wildfires

April Ehrlich | JPR News

It’s been a little over a year since the Camp Fire destroyed the town of Paradise, which impacted thousands of lives in Northern California. The disaster also alarmed people across the West, who are now asking themselves: Could a fire like that happen here?


Insurance Institute for Business and Home Safety

When it comes to a home’s ability to withstand fire, the right building materials can make all the difference. That’s why Medford is leading the way in regulating new construction in wildfire-prone areas.

A headline in the Aug. 31, 2019, edition of the Medford, Ore., Mail Tribune declared, “Jackson County dodges lightning strikes.”  An adjacent headline read, “Homing Pigeons To Aid Planes Fighting Fires.” 
The story about the pigeons was drawn from the Mail-Tribune’s archives from 100 years ago.

Wikimedia Commons

Federal agencies are proposing a new rule outlining if and when power companies can clear vegetation surrounding their equipment in federally owned forests.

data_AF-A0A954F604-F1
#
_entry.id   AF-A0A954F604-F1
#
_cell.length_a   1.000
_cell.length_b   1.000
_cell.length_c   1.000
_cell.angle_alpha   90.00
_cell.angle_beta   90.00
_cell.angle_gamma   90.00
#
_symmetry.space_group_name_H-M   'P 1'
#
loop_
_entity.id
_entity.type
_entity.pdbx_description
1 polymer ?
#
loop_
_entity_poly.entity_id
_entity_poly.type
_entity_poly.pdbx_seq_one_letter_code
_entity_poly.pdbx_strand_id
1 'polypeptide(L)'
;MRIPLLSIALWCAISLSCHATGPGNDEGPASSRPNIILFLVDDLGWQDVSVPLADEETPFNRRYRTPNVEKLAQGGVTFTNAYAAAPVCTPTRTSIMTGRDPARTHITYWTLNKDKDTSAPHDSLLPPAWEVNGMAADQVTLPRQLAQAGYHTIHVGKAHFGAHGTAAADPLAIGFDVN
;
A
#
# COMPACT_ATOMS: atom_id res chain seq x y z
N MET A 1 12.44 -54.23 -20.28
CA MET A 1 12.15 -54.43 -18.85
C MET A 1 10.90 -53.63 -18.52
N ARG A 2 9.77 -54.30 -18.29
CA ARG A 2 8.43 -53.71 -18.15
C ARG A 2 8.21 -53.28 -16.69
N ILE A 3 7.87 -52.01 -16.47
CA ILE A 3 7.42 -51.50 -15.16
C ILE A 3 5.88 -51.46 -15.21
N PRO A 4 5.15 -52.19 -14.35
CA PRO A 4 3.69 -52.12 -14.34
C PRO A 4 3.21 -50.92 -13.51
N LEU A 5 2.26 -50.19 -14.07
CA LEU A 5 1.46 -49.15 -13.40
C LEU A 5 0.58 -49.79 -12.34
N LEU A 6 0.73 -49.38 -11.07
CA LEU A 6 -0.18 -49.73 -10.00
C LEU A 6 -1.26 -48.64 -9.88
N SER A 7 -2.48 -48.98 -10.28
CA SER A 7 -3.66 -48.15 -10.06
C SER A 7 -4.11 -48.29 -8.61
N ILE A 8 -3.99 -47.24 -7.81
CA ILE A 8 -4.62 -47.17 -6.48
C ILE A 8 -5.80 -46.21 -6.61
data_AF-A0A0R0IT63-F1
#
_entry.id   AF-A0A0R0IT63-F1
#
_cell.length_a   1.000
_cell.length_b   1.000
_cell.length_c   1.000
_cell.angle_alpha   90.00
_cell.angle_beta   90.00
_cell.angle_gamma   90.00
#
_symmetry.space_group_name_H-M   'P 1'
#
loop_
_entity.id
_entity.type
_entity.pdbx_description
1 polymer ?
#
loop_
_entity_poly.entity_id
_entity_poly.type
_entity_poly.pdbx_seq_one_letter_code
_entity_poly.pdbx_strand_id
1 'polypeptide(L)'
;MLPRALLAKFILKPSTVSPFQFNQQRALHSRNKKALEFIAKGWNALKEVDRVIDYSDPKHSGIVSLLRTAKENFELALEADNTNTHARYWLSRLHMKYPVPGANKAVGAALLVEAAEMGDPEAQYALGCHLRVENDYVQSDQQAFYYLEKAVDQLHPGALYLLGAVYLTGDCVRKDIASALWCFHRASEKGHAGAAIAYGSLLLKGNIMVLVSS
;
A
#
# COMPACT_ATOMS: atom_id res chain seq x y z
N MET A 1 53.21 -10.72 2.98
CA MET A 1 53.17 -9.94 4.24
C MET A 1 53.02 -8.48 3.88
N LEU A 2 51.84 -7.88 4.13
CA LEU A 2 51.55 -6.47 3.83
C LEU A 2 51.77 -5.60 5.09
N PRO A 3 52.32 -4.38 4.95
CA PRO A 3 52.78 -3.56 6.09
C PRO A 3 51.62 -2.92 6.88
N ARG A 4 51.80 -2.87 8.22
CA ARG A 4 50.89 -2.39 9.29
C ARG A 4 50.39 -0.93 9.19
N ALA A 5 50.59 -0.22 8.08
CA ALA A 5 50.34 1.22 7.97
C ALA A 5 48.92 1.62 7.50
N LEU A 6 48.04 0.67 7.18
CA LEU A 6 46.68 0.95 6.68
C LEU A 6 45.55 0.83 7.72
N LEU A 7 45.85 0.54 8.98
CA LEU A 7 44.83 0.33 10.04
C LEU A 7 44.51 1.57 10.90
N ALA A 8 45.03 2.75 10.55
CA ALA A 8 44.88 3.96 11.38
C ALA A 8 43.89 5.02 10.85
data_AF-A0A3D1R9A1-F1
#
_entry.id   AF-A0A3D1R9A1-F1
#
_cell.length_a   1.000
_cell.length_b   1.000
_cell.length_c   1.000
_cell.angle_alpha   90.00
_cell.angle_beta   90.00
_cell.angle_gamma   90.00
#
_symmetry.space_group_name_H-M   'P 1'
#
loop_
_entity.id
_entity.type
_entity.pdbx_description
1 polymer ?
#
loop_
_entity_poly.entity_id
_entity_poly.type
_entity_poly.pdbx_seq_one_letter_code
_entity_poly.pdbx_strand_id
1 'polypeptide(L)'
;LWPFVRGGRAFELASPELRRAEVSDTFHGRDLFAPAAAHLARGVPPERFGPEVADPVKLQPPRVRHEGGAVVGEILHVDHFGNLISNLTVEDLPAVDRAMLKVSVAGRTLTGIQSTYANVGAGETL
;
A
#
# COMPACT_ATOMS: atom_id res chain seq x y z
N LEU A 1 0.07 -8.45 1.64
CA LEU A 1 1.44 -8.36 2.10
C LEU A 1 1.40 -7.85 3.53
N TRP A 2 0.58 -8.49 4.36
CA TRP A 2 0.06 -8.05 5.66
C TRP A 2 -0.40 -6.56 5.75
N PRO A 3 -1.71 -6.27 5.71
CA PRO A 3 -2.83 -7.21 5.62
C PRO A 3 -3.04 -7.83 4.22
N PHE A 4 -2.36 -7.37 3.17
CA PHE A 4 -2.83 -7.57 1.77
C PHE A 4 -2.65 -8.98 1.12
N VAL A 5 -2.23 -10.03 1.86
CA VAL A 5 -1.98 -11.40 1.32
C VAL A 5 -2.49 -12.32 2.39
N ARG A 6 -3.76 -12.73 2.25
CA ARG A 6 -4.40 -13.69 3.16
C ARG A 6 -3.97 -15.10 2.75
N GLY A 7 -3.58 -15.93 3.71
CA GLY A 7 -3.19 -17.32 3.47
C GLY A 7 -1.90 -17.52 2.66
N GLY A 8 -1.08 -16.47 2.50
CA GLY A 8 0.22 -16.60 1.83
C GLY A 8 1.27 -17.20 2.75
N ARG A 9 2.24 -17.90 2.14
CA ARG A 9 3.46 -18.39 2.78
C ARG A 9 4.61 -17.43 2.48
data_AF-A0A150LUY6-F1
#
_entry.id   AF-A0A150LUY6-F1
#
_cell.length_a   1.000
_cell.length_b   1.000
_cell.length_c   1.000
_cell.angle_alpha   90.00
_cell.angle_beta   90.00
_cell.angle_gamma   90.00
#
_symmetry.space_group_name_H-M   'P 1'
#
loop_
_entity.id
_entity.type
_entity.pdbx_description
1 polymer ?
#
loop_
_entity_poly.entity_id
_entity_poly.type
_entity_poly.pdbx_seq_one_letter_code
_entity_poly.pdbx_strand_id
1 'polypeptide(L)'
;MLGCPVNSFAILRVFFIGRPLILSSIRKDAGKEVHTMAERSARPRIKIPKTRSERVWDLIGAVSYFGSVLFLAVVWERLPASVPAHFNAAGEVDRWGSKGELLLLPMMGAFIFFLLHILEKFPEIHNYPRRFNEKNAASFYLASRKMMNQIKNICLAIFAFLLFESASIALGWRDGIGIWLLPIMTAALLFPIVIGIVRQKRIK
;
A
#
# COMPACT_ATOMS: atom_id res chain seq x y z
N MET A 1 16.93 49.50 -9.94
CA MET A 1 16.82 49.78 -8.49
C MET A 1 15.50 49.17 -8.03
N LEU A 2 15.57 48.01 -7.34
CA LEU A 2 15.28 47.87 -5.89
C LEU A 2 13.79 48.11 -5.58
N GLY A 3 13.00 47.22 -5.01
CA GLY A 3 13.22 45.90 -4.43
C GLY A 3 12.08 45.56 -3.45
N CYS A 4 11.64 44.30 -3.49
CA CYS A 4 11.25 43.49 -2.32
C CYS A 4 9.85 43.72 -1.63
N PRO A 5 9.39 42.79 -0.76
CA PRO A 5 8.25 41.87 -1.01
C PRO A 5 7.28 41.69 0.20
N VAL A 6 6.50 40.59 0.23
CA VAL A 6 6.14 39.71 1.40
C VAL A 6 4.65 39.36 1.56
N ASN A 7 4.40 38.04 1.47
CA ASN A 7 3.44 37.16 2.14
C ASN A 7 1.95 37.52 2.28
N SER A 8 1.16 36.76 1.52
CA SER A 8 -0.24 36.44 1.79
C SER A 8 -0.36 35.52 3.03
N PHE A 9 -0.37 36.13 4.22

April Ehrlich | JPR News

Pacific Gas and Electric Company restored electricity all of its customers over the weekend. Last week, the major California utility decided to shut power to prevent its equipment from sparking another wildfire during strong, dry winds.

In Shasta and Tehama counties, many people were inconvenienced — some even endangered — when the power went out. But mostly, people were just bored and out of work, leading them to find creative ways to pass the time without electricity.

PG&E Outages In NorCal Likely To Last For Days

Oct 9, 2019
schauhi via pixabay

Continued hot, windy weather means hundreds of thousands of households across Northern California can expect to be without power for several more days.

pixabay

UPDATE: WEDNESDAY, OCT.9, 5:15 a.m. ... In a press release, Pacific Gas and Electric says it has begun proactively shutting off power to about 800,000 customers across California due to a high wind event. The shutoff is to prevent the utility's power lines and transmission equipment from sparking a wildfire.

Ashland, Ore, has been trying for years to avoid major fires in the watershed above town.  Until settlers began arriving in the 1850s, the indigenous people used low-intensity fire to herd deer, reducing fuel content in the watershed.  As settlers pushed aside the Indians, the forest thickened, becoming susceptible to wildfires.